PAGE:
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Cursed to Golf Review – Roughlike

todayAugust 19, 2022 5

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Cursed to Golf on PS5

Cursed to Golf is an exciting mixture. From viewing the trailer, it seemed like any other 2D golf game, in that you simply complete courses and continue onward. The truth is far, far stranger. Instead, Cursed to Golf is all about being dead and using golf as a way to ascend back to the land of the living through some very roguelike progression.

The game starts with the player (named The Champ) one hole away from winning the final championship needed to crown them the Greatest of All Time. Unfortunately, on the final stroke, their club is struck by lightning and they die. Instead of ending up anywhere else, they awaken in Golf Purgatory. While being dead isn’t great, Golf Purgatory offers the chance to escape for anyone who can finish all 18 holes in one round and ascend.

The golfing gameplay is rather simple. Players are given only three clubs to progress through holes, a driver for long-distance, an iron for middle-distance shots with more arc, and a wedge to make up for elevation issues and take short-range shots. These clubs don’t receive any sort of upgrades, either, the way they handle at the start of the game is how they handle at the end. Shots are made by setting power and then it’s all down to timing as the aim line moves up and down at a speed depending on the type of club.

Golf Clubs

That’s not to say there’s no trickery to be found in Cursed to Golf. Players are also given Ace Cards which can save you from a near-loss or open up shortcuts. These cards can freeze water hazards, let you change the mid-flight trajectory of the ball once it’s been hit, or even add a rocket to the ball to let the player guide it themselves. Collecting these is a big deal and can very easily mean the difference between a win or loss. This is a fun mechanic, but also kind of undermines a win being about skill.

However, wins aren’t simply about making it to the cup in a low number of strokes. From the start of each hole, you are given five strokes which are considered Par. If you reach zero without sinking the ball into the cup, the run is over. Ace Cards can add several strokes at a time to Par, but for the most part, Idols are what you will be aiming for to keep afloat. Idols come in two varieties, silver and gold. When hit by the ball, silver idols add two strokes to par and gold adds four.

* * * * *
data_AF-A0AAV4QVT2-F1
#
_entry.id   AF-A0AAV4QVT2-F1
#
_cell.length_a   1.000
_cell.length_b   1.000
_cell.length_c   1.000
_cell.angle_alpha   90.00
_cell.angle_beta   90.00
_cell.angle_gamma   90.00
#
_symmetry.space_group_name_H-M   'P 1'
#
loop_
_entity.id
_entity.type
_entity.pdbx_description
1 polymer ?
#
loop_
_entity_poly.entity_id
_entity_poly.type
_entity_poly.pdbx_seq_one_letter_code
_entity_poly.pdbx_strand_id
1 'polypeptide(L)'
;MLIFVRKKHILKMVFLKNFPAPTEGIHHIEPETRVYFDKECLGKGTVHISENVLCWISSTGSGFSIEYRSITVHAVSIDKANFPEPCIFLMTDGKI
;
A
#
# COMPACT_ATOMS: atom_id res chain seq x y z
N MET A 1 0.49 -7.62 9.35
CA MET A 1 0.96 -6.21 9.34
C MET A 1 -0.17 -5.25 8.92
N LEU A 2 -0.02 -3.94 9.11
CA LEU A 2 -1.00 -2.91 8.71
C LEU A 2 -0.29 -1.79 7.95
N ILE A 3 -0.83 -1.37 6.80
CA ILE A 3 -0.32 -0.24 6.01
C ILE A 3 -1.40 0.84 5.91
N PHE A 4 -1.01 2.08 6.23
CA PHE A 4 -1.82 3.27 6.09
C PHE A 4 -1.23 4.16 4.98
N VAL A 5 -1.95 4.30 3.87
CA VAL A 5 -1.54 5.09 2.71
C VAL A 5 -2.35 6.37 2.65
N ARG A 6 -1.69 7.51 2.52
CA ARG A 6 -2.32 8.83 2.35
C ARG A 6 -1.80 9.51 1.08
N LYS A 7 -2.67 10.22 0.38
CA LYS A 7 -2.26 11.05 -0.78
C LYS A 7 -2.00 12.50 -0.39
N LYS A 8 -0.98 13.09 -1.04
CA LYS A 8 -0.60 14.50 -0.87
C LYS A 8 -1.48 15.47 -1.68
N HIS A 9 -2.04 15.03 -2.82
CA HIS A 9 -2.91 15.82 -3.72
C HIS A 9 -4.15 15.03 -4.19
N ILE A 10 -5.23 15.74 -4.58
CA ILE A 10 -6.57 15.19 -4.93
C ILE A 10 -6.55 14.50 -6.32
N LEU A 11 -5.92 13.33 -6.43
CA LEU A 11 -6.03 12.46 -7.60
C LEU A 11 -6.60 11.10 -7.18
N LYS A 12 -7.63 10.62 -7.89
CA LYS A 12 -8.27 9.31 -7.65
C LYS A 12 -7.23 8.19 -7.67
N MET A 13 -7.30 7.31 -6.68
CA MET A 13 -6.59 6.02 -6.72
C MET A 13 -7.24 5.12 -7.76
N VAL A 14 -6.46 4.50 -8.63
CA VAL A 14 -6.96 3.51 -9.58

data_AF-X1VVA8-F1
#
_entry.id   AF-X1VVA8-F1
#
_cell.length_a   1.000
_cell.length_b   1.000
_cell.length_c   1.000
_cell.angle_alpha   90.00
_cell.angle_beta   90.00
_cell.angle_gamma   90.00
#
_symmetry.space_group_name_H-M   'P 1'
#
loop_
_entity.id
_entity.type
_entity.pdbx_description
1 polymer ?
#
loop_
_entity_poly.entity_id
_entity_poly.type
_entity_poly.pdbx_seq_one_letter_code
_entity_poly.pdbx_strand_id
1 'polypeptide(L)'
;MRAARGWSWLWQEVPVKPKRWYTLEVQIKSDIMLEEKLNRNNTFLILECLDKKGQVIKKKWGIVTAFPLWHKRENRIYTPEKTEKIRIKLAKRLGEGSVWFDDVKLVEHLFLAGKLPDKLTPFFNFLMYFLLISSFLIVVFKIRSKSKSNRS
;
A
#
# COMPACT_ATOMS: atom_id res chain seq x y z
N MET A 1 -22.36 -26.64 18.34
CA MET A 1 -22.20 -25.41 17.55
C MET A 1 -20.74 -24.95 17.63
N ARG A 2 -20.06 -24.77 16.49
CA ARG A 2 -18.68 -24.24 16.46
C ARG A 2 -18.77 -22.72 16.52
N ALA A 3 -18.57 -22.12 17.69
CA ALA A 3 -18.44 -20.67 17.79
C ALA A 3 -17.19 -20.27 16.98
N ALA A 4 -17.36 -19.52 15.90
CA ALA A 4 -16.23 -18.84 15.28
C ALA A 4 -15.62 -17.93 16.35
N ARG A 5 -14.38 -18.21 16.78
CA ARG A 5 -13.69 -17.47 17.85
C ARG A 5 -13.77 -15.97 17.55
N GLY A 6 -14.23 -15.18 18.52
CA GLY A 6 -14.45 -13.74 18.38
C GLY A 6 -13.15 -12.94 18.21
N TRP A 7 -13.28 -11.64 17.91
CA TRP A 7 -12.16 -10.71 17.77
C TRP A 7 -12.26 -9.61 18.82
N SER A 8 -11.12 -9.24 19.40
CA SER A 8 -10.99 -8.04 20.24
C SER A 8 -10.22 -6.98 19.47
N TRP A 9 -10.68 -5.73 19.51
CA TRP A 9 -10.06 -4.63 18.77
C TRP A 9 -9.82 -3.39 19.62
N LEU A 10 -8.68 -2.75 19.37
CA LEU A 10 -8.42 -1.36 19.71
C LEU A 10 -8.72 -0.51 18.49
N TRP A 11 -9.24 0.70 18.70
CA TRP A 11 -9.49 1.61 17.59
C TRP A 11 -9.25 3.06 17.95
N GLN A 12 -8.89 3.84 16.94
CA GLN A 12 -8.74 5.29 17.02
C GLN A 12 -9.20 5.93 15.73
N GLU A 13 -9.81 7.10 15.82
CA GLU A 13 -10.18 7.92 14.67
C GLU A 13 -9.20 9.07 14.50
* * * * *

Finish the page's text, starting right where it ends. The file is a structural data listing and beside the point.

Cursed to Golf also allows something most golf games don’t. You can cancel shots even after the power is locked in. There’s no telling how many times this saved me. Without being able to do this, it’s likely finishing a run would be just about impossible.

Cursed to Golf Map

Actually progressing in a run is where the roguelike aspects come in. Navigating to the next hole involves following one of two paths that essentially give the player a choice in difficulty. One path typically leads to money and Ace Cards but then ends in a Cursed Hole. The other has a normal hole, and it’s not much of a challenge, but you miss out on the rewards. Holes themselves are not random, but the sequence in which you experience them will be different just about every time.

Cursed Holes are normal holes but as you progress you are handed limited time (typically last for a shot or two) curses. These can be anywhere from you can only shoot to the right or it might rain, which removes all surface bounce. These can also fully ruin you as you can be down to your last shot and get the curse that disables Ace Cards, pretty much guaranteeing an end to your run.

Ace Cards

Whether intentional or not, I discovered an easy technique to save runs. When you’re in a bad position, you can simply quit the game back to the title screen and then load back into the game. This will place you back before the current hole started as the game only saves after hole completion. Considering the occasional brutal difficulty of Cursed to Golf, I am by no means ashamed to say I thoroughly abused that.

Every area ends in a boss fight in which you must make it to the cup before the boss can. These (all three) are against an opponent who is either much more skilled than you or who can modify the hole to slow you down. These boss fights feel largely unfair, as you are then forced to take on shortcuts you normally wouldn’t and burn cards at a quicker rate than you might during typical holes.

Victory Screen

The bright side to this is you only ever have to beat each boss once, any subsequent runs from the start will have the boss hole replaced with a normal hole. Considering each boss hole is the same every time, it would be an awful chore to have to simply repeat the same pattern every time to win especially considering the challenge posed.

Cursed to Golf is nice because while it has many roguelike elements, it doesn’t inspire the same level of anxiety to progress as other roguelikes. The game putting the choice of difficulty complete in the hands of the player is a nice touch and lets you pick your own risk and reward. Considering the golf aspect, players can easily take this game at their own pace and take advantage of one of the many paths a hole might allow. If you’ve been itching for a solid golf game with just the right amount of challenge, Cursed to Golf is for you.

Twinfinite Editors Choice Award

Cursed to Golf Critic Review

Reviewer: Cameron Waldrop | Award: Editor’s Choice | Copy provided by Publisher.